Editor’s note: This article first appeared on Dec. 6, 2010. At the time of publication, Humphreys was emeritus professor of divinity at Samford University. It is reposted today to call attention to the annual Season of Creation (Sept. 1 to Oct. 4).
Does the biblical teaching that human beings have dominion over the earth grant Westerners a license to exploit the planet?
Or are there biblical themes that encourage stewardship rather than exploitation?
I think such themes exist. Here are nine of them:
- The Earth is God’s good creation.
The Genesis creation story makes it clear that God is the “Source … of all that is” (Romans 11:36). God judged the creation to be “good,” even “very good.”
All the Bible confirms the words of the psalmist, “The earth is the Lord’s and all that is in it, the world, and those who live in it” (Psalms 24:1-2).
- The Earth was created by God for God, not just for the use of human beings.
This is a minor theme in the Bible, and it is easily overlooked, but it is there. Psalm 148 says, “Praise the Lord! … Praise him, sun and moon; praise him, all you shining stars! Praise him, you highest heavens, and you waters above the heavens!”
God’s delight in creation, independent of its usefulness for human beings, is evident in the biblical story of Job. Part of God’s response to Job (Job 38-39) was that the world does not exist just for the sake of human beings.
The Lord waters a valley and causes flowers to grow in it, which no human being will ever see.
- Human beings are the greatest of God’s creations.
The Genesis creation story makes this point in several ways: Human beings are created last, they are given dominion over the rest of creation, they alone are made in the image of God, and into them alone God breathes the breath of life (Genesis 1:26, 2:7). The glory of human beings is celebrated also in Psalm 8.
- Human beings were created from the earth to live upon the earth.
Genesis says that God made the first human being from the dust of the earth and called him Adam, a word which sounds like the Hebrew “adamah,” the word for “dust.”
The connectedness of human beings to the earth is one of the themes emphasized in modern ecology. This theme also qualifies the previous theme that human beings are God’s greatest creations. They are, but they also are dust.
- God has given the earth as a gift and blessing to human beings.
“Heaven belongs to the Lord alone, but he gave the earth to man,” wrote the psalmist (Psalms 115:16). It is God who has taught human beings how to farm the earth so that it will produce food (Isaiah 28:23-26).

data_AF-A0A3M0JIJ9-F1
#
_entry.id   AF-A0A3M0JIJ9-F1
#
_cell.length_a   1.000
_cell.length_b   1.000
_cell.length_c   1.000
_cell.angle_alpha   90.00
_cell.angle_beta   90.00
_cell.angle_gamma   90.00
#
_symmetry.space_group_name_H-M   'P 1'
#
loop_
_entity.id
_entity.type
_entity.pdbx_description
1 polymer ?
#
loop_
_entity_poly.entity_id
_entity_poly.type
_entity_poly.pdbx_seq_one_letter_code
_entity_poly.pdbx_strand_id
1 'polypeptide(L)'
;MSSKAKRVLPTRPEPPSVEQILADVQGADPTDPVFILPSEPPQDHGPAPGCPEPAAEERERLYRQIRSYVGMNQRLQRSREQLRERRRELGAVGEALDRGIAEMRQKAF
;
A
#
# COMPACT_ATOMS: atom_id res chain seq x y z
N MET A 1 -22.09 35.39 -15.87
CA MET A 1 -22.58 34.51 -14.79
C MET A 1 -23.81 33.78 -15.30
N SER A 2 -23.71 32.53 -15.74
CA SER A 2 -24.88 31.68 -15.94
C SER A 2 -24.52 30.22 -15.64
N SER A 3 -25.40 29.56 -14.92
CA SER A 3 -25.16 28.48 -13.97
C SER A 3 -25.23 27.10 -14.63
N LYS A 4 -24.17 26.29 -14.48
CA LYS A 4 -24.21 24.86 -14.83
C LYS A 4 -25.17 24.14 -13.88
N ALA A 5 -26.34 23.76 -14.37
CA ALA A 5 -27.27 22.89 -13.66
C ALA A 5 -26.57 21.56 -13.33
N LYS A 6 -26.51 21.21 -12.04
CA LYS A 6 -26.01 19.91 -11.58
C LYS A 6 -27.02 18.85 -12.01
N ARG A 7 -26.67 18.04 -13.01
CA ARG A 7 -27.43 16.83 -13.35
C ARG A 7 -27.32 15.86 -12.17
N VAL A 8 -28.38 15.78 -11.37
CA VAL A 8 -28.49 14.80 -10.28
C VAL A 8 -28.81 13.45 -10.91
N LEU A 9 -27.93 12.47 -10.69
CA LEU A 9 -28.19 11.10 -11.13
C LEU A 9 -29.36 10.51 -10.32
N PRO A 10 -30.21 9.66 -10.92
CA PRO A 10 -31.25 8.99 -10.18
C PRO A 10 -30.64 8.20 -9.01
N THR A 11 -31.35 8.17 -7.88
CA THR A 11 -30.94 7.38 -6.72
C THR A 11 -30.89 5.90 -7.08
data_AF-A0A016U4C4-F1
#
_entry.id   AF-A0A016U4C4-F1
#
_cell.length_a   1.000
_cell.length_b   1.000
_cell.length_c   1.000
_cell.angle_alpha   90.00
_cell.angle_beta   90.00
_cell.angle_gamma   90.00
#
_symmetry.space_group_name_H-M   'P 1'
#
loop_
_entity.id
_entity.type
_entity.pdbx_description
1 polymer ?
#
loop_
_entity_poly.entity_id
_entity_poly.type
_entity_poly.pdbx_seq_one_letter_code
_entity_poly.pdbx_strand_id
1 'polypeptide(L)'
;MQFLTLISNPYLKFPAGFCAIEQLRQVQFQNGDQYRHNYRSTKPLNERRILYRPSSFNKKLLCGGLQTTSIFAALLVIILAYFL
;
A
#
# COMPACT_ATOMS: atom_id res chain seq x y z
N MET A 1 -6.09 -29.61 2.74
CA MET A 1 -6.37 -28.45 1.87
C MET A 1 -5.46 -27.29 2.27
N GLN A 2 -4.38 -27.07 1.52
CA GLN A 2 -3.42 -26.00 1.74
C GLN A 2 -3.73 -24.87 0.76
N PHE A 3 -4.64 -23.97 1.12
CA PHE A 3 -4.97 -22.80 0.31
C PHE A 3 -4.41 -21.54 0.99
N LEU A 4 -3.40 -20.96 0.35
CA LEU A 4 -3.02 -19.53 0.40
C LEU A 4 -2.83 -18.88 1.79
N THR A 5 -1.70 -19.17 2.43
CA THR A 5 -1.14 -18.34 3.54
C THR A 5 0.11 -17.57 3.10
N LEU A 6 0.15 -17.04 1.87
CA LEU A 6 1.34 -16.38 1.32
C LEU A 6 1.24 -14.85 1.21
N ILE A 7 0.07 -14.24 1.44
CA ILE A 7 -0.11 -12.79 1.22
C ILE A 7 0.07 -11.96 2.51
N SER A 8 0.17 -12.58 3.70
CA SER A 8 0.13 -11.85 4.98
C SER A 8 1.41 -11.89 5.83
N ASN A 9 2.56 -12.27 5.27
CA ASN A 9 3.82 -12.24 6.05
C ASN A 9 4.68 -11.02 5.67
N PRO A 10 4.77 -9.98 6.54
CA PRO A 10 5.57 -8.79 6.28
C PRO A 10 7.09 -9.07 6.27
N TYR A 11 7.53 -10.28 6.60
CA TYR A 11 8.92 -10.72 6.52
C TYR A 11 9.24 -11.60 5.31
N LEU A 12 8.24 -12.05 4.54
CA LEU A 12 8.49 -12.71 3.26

- Appreciation for the created universe can help human beings know and praise God.
The classic statement of this idea is found in Psalm 19. “How clearly the sky reveals God’s glory! How plainly it shows what he has done! Each day announces it to the following day; each night repeats it to the next.”
The apostle Paul said, “We are here to announce the Good News, to turn you … to the living God who made heaven, earth, sea and all that is in them. In the past, he allowed all people to go their own way. But he has always given evidence of his existence by the good things he does: he gives you rain from heaven and crops at the right times; he gives you food and fills your hearts with happiness” (Acts 14:15-17).
- God has entrusted human beings with caring for the earth.
Four verbs are used in Genesis. Genesis 1:28 says human beings are to fill the earth and to have dominion over its creatures. Genesis 2:15 says that Adam is to till the garden and to keep it.
Keeping the garden means protecting it and being responsible for its welfare. The biblical word for one who does this is steward, which means a manager, one entrusted with something who is to use it responsibly.
- Human beings and the earth are in serious trouble.
The Bible asserts an ecological crisis, and it attributes that crisis to human beings.
After the fall, the Lord said to Adam, “Because of what you have done, the ground will be under a curse.” After the flood, the Lord said to Noah, “All the animals, birds and fish will live in fear of you.”
Paul wrote that “all of creation groans with pain.” It should come as no surprise to people who read the Bible that human beings are the source of nature’s problem.
- God has acted to rescue both human beings and the earth.
The story of God’s acting to save human beings is the Bible’s central message. What is easily overlooked is that God’s intention to save includes all creation, not just human beings.
The prophet Isaiah described the peaceable kingdom in terms of environmental harmony. “Wolves and sheep will live together in peace, and leopards will lie down with young goats. Calves and lion cubs will feed together, and little children will take care of them” (Isaiah 11:6-7).
As wonderful as Isaiah’s words are, Paul wrote the fullest affirmation of the redemption of all creation. “The creation waits in eager expectation for the sons of God to be revealed. For the creation was subjected to frustration, not by its own choice, but by the will of the one who subjected it, in hope that the creation itself will be liberated from its bondage to decay and brought into the freedom of the children of God” (Romans 8:19-21).
Taken together, these nine themes refute any claim that the biblical teaching about human dominion over the earth is an authorization to exploit the created world.
The Bible does not treat the earth as an object to be studied objectively or as scenery to be admired aesthetically or as a machine to be operated profitably or as raw material to be used indiscriminately or as a victim to be exploited ruthlessly.
The Bible affirms the value of all creation, and it can underwrite a responsible environmental policy.
Fisher Humphreys is emeritus professor of divinity at Samford University.